Sexual Assault – it’s not something you want to think about. 1 of every 6 American women has been the victim of an attempted or completed rape in her lifetime. If the unthinkable happens to you or one of your besties, it’s important to know what a sexual exam feels like.
How do I get a Rape Kit done?
First things first, you need to get yourself to a safe place. Once your immediate safety is ensured, you should go to a health care provider. You can call 800.656.HOPE (4673) and they can help guide you to the right health care facility and offer advice. It may be helpful to bring along a trusted friend or family member to support you.
Avoid taking a shower, going to the bathroom, brushing your teeth, or changing your clothes before you go to the exam. While I completely understand the desire to want to have a shower after something like that, all those things can reduce the amount of evidence that doctors are able to collect.
If you require a sexual assault exam, it’s best to do it as soon as possible. This will ensure that the most evidence is able to be collected. But valuable evidence can still be found if you decide to have the exam done later.
What does it feel like?
A sexual assault exam, or “Rape Kit,” will help assess what medical attention you need and also collect evidence if you decide to report the assault. You should not be charged for a sexual assault exam. Some can feel shy or embarrassed about the exam, but the examiners have seen everything you could imagine under the sun and NO one is judging or scrutinizing you. They are there to help you.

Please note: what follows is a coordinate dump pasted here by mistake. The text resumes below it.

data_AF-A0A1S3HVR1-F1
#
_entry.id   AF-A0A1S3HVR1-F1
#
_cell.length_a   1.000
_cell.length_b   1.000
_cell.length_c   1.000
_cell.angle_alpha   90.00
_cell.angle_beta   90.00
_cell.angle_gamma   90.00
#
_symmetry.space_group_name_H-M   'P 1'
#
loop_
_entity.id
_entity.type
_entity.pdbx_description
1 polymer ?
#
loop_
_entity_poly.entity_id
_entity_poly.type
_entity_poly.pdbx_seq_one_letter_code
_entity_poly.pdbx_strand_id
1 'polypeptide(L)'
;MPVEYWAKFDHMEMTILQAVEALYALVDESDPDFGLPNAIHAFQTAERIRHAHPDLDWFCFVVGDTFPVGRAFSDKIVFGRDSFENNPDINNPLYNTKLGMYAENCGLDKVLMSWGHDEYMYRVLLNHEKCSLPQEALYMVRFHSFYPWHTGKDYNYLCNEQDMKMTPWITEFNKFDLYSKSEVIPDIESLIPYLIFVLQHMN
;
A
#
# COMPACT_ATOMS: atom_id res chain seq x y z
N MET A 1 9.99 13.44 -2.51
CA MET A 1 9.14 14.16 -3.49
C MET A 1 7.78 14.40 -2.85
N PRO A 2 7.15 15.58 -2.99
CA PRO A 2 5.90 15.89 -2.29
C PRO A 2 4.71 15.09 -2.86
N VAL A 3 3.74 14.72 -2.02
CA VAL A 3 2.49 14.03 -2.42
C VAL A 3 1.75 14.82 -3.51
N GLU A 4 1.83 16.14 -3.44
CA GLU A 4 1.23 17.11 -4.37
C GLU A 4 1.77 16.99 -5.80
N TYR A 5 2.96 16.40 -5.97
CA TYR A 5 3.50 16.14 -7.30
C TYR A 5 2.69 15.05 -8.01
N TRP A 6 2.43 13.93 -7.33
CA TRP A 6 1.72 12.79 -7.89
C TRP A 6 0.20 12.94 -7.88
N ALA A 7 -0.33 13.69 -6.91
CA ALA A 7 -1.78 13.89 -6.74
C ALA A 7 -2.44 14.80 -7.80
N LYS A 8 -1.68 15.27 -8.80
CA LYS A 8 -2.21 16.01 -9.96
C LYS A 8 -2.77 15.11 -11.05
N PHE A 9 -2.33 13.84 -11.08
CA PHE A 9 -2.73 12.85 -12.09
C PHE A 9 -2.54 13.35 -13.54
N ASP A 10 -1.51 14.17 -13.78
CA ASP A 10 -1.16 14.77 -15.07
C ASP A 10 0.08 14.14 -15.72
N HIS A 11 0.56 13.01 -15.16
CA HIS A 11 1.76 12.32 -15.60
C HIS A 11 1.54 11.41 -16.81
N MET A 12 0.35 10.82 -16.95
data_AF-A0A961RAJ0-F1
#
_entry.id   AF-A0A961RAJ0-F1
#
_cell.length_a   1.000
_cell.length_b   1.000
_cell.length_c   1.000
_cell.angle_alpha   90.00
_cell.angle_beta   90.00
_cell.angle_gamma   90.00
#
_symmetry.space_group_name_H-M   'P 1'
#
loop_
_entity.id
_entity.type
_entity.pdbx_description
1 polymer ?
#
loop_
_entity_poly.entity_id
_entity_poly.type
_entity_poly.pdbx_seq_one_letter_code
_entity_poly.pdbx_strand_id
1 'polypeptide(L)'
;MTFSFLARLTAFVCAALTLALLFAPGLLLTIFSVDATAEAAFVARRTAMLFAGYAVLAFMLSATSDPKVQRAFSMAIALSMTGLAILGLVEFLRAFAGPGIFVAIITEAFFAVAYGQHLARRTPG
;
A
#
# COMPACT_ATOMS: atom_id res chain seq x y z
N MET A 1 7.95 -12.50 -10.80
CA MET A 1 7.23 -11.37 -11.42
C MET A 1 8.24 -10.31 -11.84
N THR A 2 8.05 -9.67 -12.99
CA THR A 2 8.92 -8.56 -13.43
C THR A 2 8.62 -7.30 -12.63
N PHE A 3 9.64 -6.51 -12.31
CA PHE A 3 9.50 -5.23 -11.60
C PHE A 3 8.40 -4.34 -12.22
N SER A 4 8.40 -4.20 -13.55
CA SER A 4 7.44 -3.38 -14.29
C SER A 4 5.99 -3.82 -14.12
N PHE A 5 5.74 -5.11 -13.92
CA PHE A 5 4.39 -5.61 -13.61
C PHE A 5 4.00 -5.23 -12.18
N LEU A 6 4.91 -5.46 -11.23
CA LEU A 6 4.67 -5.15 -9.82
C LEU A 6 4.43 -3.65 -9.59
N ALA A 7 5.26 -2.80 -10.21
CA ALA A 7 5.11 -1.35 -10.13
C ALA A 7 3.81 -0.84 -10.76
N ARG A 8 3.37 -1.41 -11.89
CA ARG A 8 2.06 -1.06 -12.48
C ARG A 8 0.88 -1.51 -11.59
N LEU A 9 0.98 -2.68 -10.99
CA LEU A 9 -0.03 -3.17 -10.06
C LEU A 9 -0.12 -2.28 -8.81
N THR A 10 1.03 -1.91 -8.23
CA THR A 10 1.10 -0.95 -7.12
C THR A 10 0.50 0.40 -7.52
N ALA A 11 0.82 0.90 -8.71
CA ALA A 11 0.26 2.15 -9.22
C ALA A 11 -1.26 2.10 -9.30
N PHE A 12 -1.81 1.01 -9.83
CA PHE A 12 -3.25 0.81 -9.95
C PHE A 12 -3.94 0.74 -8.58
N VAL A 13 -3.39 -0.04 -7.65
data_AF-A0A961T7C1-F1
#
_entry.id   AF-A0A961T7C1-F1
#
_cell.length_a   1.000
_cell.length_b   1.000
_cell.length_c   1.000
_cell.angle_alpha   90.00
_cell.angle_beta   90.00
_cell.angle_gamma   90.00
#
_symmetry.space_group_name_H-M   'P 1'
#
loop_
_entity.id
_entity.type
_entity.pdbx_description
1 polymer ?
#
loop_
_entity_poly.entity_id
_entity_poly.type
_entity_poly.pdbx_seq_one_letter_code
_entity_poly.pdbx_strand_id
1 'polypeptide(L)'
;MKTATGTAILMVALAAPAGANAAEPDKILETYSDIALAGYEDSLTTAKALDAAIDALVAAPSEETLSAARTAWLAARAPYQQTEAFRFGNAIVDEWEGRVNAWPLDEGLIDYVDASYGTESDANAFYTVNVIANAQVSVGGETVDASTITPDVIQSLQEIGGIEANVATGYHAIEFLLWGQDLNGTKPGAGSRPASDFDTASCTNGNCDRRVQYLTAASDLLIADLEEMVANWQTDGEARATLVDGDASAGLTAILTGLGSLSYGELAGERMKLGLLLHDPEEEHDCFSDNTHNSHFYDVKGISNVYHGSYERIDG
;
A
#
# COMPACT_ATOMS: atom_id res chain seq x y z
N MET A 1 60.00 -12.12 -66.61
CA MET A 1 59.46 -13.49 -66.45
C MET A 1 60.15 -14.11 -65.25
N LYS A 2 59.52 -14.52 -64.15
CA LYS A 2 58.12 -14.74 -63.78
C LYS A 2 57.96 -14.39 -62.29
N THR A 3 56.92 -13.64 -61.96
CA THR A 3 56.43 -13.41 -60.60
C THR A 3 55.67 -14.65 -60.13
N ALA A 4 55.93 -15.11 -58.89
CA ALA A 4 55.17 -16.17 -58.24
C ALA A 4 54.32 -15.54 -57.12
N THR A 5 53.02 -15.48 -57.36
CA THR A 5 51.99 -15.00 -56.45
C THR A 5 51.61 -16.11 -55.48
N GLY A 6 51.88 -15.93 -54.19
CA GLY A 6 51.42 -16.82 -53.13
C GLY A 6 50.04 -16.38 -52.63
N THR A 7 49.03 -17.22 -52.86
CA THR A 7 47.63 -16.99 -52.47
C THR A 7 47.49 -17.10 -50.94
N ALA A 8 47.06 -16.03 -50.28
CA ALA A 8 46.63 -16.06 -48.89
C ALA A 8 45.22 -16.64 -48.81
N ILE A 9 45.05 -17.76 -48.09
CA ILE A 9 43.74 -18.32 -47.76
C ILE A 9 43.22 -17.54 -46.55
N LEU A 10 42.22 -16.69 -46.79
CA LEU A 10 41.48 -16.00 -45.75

During the exam, the examiner will first attend to any injuries you have that need urgent attention. They will then ask you about your medical history and about what happened during the assault. These questions may be difficult to answer, but they can help identify all areas of injury and ensure you get the medical care you need, so it’s important to tell the examiner everything.
Next, they will perform a physical examination. This may involve examinations of your mouth and vagina. This can be fleetingly uncomfortable but usually doesn’t take long. They may also take samples of your urine, blood, hair, any debris under your fingernails, and swabs of your skin. Again, sometimes slightly uncomfortable but over with super quick. The examiner may take pictures to document your injures and, if you give permission, take your clothing as evidence.
The examiner will also help you get emergency contraception and treatment for any potential STIs. They will also explain the process for reporting and direct you to support systems for sexual assault survivors. Sometimes, they will also schedule a follow up appointment.
If at any time you feel uncomfortable, you can stop the exam.
Do I need to go to the Police?
If you’ve had a sexual assault exam, you don’t need to report the crime if you don’t want to. It’s totally up to you. After having an exam, the forensic evidence will be stored and you will have time to decide what you’d like to do. The only exception to this is if you’re a minor, as the examiner may be required by law to report the crime. If you do decide to report the crime, having a sexual assault exam will help with prosecution.
You’ve experienced a traumatic event and it’s going to take time to deal with the emotional effects. A sexual assault exam, if you choose to have one, can be a valuable step in healing.
For additional support, you can access the National Sexual Assault Hotline’s 24/7 chat service here. You can also call their 24-hour phone service at 800.656.HOPE (4673).
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